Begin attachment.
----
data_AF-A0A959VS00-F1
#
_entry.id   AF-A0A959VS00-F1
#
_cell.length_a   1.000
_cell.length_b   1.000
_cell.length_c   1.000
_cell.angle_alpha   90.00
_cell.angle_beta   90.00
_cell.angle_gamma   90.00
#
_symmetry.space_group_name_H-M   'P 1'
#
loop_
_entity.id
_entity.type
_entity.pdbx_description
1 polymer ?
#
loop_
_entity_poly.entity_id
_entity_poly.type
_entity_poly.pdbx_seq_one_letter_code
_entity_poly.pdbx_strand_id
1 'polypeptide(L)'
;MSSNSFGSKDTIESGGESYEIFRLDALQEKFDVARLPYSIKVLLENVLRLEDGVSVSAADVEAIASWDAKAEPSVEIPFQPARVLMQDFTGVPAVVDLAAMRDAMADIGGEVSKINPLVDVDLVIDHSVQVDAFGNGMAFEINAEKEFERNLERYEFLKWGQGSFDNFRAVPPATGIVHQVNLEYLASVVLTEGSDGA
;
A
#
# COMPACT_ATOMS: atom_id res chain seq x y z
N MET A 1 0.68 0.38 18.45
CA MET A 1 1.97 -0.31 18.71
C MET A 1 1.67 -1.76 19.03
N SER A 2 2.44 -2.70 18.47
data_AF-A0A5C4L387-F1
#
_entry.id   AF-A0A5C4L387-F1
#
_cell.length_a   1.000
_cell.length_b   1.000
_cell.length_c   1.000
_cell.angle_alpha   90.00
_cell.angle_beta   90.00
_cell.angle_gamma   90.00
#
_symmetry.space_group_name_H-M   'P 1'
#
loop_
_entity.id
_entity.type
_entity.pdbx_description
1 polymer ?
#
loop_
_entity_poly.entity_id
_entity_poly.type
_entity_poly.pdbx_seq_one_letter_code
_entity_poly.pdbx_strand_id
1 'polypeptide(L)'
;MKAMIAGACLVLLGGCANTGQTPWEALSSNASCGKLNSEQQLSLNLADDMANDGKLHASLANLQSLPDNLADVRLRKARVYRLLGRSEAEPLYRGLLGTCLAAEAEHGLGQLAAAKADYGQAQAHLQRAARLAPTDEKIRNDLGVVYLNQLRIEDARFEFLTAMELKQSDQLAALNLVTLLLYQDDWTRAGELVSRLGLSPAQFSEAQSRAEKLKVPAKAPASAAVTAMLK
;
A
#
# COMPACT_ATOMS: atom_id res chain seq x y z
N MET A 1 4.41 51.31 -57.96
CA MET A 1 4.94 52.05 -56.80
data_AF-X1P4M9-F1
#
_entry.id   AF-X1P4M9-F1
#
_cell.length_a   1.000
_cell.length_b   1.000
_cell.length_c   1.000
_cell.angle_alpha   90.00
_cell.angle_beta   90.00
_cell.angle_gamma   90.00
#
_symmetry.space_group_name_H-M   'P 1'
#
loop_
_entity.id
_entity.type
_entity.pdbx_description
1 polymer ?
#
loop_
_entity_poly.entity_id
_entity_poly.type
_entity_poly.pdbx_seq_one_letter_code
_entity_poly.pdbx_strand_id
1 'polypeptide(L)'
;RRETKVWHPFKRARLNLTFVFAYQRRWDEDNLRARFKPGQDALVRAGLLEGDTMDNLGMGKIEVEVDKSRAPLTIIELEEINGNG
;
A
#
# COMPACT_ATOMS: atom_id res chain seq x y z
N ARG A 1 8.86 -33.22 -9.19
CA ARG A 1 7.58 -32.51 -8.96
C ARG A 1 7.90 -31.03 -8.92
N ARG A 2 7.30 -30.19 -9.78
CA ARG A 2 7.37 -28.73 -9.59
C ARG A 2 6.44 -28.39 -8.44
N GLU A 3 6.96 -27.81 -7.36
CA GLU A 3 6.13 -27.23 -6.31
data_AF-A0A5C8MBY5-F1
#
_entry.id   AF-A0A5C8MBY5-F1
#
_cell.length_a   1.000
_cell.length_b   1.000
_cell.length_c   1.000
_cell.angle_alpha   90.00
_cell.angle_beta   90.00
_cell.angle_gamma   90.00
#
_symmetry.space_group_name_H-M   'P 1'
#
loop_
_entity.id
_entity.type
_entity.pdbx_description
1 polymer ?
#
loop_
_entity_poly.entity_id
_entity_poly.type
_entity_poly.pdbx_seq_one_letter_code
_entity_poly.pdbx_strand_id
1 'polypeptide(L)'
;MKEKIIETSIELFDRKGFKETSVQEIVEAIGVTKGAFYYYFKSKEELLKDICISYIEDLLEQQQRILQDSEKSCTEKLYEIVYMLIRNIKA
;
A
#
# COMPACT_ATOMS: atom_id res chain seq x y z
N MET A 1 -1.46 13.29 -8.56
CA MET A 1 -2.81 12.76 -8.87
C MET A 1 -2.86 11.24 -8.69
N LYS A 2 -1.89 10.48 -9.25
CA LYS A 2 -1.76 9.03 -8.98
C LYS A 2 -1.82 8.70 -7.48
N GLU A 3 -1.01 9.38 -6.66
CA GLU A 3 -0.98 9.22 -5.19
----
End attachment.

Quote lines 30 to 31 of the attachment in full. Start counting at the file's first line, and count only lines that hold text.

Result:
# COMPACT_ATOMS: atom_id res chain seq x y z
N MET A 1 0.68 0.38 18.45